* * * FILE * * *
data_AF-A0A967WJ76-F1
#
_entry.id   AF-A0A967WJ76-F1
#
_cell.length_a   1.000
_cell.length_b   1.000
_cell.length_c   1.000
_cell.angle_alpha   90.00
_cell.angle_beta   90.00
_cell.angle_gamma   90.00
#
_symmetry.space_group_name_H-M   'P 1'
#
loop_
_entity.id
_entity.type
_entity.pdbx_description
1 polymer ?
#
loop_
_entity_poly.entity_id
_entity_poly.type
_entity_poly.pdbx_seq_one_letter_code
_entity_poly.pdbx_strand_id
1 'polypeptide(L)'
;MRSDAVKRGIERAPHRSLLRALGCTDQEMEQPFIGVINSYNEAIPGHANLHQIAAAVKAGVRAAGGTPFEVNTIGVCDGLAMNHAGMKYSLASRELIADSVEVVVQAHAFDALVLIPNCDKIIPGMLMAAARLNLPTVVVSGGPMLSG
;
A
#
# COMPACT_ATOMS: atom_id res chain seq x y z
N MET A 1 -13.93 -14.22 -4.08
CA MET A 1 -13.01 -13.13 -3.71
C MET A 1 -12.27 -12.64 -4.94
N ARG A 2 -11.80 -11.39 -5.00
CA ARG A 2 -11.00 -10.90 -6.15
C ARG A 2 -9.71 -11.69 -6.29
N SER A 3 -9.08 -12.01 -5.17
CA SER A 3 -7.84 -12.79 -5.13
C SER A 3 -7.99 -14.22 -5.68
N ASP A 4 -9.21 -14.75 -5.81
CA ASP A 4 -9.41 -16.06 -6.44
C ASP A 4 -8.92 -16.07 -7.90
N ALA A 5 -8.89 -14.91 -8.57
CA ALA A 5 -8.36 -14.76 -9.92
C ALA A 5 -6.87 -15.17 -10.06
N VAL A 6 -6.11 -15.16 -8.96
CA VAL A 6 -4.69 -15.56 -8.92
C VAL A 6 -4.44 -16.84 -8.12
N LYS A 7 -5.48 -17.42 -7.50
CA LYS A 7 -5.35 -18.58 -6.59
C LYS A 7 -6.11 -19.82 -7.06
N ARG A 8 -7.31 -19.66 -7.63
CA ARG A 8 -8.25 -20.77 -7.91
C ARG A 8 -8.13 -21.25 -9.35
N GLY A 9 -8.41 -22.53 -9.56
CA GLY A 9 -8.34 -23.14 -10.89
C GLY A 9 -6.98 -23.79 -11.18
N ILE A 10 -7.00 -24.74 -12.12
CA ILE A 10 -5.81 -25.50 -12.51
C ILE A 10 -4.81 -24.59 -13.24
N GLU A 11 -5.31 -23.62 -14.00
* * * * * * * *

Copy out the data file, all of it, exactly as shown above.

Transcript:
data_AF-A0A967WJ76-F1
#
_entry.id   AF-A0A967WJ76-F1
#
_cell.length_a   1.000
_cell.length_b   1.000
_cell.length_c   1.000
_cell.angle_alpha   90.00
_cell.angle_beta   90.00
_cell.angle_gamma   90.00
#
_symmetry.space_group_name_H-M   'P 1'
#
loop_
_entity.id
_entity.type
_entity.pdbx_description
1 polymer ?
#
loop_
_entity_poly.entity_id
_entity_poly.type
_entity_poly.pdbx_seq_one_letter_code
_entity_poly.pdbx_strand_id
1 'polypeptide(L)'
;MRSDAVKRGIERAPHRSLLRALGCTDQEMEQPFIGVINSYNEAIPGHANLHQIAAAVKAGVRAAGGTPFEVNTIGVCDGLAMNHAGMKYSLASRELIADSVEVVVQAHAFDALVLIPNCDKIIPGMLMAAARLNLPTVVVSGGPMLSG
;
A
#
# COMPACT_ATOMS: atom_id res chain seq x y z
N MET A 1 -13.93 -14.22 -4.08
CA MET A 1 -13.01 -13.13 -3.71
C MET A 1 -12.27 -12.64 -4.94
N ARG A 2 -11.80 -11.39 -5.00
CA ARG A 2 -11.00 -10.90 -6.15
C ARG A 2 -9.71 -11.69 -6.29
N SER A 3 -9.08 -12.01 -5.17
CA SER A 3 -7.84 -12.79 -5.13
C SER A 3 -7.99 -14.22 -5.68
N ASP A 4 -9.21 -14.75 -5.81
CA ASP A 4 -9.41 -16.06 -6.44
C ASP A 4 -8.92 -16.07 -7.90
N ALA A 5 -8.89 -14.91 -8.57
CA ALA A 5 -8.36 -14.76 -9.92
C ALA A 5 -6.87 -15.17 -10.06
N VAL A 6 -6.11 -15.16 -8.96
CA VAL A 6 -4.69 -15.56 -8.92
C VAL A 6 -4.44 -16.84 -8.12
N LYS A 7 -5.48 -17.42 -7.50
CA LYS A 7 -5.35 -18.58 -6.59
C LYS A 7 -6.11 -19.82 -7.06
N ARG A 8 -7.31 -19.66 -7.63
CA ARG A 8 -8.25 -20.77 -7.91
C ARG A 8 -8.13 -21.25 -9.35
N GLY A 9 -8.41 -22.53 -9.56
CA GLY A 9 -8.34 -23.14 -10.89
C GLY A 9 -6.98 -23.79 -11.18
N ILE A 10 -7.00 -24.74 -12.12
CA ILE A 10 -5.81 -25.50 -12.51
C ILE A 10 -4.81 -24.59 -13.24
N GLU A 11 -5.31 -23.62 -14.00